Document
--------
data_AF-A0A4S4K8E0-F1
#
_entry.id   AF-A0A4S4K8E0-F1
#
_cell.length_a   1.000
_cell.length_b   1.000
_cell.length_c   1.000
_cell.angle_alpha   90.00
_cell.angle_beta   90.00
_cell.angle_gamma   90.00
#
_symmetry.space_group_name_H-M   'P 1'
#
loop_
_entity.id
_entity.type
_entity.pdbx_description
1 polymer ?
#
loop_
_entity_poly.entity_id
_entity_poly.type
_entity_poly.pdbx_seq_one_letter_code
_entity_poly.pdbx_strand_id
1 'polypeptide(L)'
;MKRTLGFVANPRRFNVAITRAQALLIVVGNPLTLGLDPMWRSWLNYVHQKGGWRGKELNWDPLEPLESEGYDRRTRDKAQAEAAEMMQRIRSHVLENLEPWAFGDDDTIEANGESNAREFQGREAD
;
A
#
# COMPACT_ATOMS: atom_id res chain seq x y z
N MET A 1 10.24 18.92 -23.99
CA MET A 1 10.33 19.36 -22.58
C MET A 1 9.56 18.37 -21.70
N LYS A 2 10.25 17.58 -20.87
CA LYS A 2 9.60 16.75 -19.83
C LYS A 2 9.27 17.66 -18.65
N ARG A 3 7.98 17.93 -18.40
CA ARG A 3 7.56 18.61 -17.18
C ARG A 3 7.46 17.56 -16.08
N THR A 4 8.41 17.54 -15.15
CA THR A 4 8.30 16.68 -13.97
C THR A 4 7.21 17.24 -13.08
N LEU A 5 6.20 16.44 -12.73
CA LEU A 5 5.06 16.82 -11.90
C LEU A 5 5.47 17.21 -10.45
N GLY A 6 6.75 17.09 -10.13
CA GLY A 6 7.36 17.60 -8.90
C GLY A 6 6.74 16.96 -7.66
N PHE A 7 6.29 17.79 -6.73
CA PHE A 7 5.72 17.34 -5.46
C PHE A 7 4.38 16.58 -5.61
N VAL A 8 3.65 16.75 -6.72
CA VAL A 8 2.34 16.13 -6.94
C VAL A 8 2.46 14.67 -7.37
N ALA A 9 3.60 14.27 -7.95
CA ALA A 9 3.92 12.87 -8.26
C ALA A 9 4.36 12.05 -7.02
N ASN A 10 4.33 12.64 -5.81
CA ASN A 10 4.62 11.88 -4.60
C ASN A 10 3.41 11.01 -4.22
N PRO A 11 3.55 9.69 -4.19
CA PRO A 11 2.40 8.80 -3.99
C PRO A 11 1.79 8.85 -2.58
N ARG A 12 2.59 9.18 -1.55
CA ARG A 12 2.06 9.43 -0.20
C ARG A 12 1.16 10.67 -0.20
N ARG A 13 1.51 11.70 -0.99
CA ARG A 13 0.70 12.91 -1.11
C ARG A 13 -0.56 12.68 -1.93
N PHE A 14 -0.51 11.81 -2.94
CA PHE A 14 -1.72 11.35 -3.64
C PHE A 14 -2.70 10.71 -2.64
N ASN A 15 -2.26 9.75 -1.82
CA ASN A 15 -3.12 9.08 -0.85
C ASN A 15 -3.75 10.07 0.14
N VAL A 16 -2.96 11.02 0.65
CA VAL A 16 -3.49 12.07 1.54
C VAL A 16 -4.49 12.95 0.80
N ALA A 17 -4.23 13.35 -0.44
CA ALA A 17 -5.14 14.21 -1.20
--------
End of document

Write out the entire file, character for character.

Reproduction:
data_AF-A0A4S4K8E0-F1
#
_entry.id   AF-A0A4S4K8E0-F1
#
_cell.length_a   1.000
_cell.length_b   1.000
_cell.length_c   1.000
_cell.angle_alpha   90.00
_cell.angle_beta   90.00
_cell.angle_gamma   90.00
#
_symmetry.space_group_name_H-M   'P 1'
#
loop_
_entity.id
_entity.type
_entity.pdbx_description
1 polymer ?
#
loop_
_entity_poly.entity_id
_entity_poly.type
_entity_poly.pdbx_seq_one_letter_code
_entity_poly.pdbx_strand_id
1 'polypeptide(L)'
;MKRTLGFVANPRRFNVAITRAQALLIVVGNPLTLGLDPMWRSWLNYVHQKGGWRGKELNWDPLEPLESEGYDRRTRDKAQAEAAEMMQRIRSHVLENLEPWAFGDDDTIEANGESNAREFQGREAD
;
A
#
# COMPACT_ATOMS: atom_id res chain seq x y z
N MET A 1 10.24 18.92 -23.99
CA MET A 1 10.33 19.36 -22.58
C MET A 1 9.56 18.37 -21.70
N LYS A 2 10.25 17.58 -20.87
CA LYS A 2 9.60 16.75 -19.83
C LYS A 2 9.27 17.66 -18.65
N ARG A 3 7.98 17.93 -18.40
CA ARG A 3 7.56 18.61 -17.18
C ARG A 3 7.46 17.56 -16.08
N THR A 4 8.41 17.54 -15.15
CA THR A 4 8.30 16.68 -13.97
C THR A 4 7.21 17.24 -13.08
N LEU A 5 6.20 16.44 -12.73
CA LEU A 5 5.06 16.82 -11.90
C LEU A 5 5.47 17.21 -10.45
N GLY A 6 6.75 17.09 -10.13
CA GLY A 6 7.36 17.60 -8.90
C GLY A 6 6.74 16.96 -7.66
N PHE A 7 6.29 17.79 -6.73
CA PHE A 7 5.72 17.34 -5.46
C PHE A 7 4.38 16.58 -5.61
N VAL A 8 3.65 16.75 -6.72
CA VAL A 8 2.34 16.13 -6.94
C VAL A 8 2.46 14.67 -7.37
N ALA A 9 3.60 14.27 -7.95
CA ALA A 9 3.92 12.87 -8.26
C ALA A 9 4.36 12.05 -7.02
N ASN A 10 4.33 12.64 -5.81
CA ASN A 10 4.62 11.88 -4.60
C ASN A 10 3.41 11.01 -4.22
N PRO A 11 3.55 9.69 -4.19
CA PRO A 11 2.40 8.80 -3.99
C PRO A 11 1.79 8.85 -2.58
N ARG A 12 2.59 9.18 -1.55
CA ARG A 12 2.06 9.43 -0.20
C ARG A 12 1.16 10.67 -0.20
N ARG A 13 1.51 11.70 -0.99
CA ARG A 13 0.70 12.91 -1.11
C ARG A 13 -0.56 12.68 -1.93
N PHE A 14 -0.51 11.81 -2.94
CA PHE A 14 -1.72 11.35 -3.64
C PHE A 14 -2.70 10.71 -2.64
N ASN A 15 -2.26 9.75 -1.82
CA ASN A 15 -3.12 9.08 -0.85
C ASN A 15 -3.75 10.07 0.14
N VAL A 16 -2.96 11.02 0.65
CA VAL A 16 -3.49 12.07 1.54
C VAL A 16 -4.49 12.95 0.80
N ALA A 17 -4.23 13.35 -0.44
CA ALA A 17 -5.14 14.21 -1.20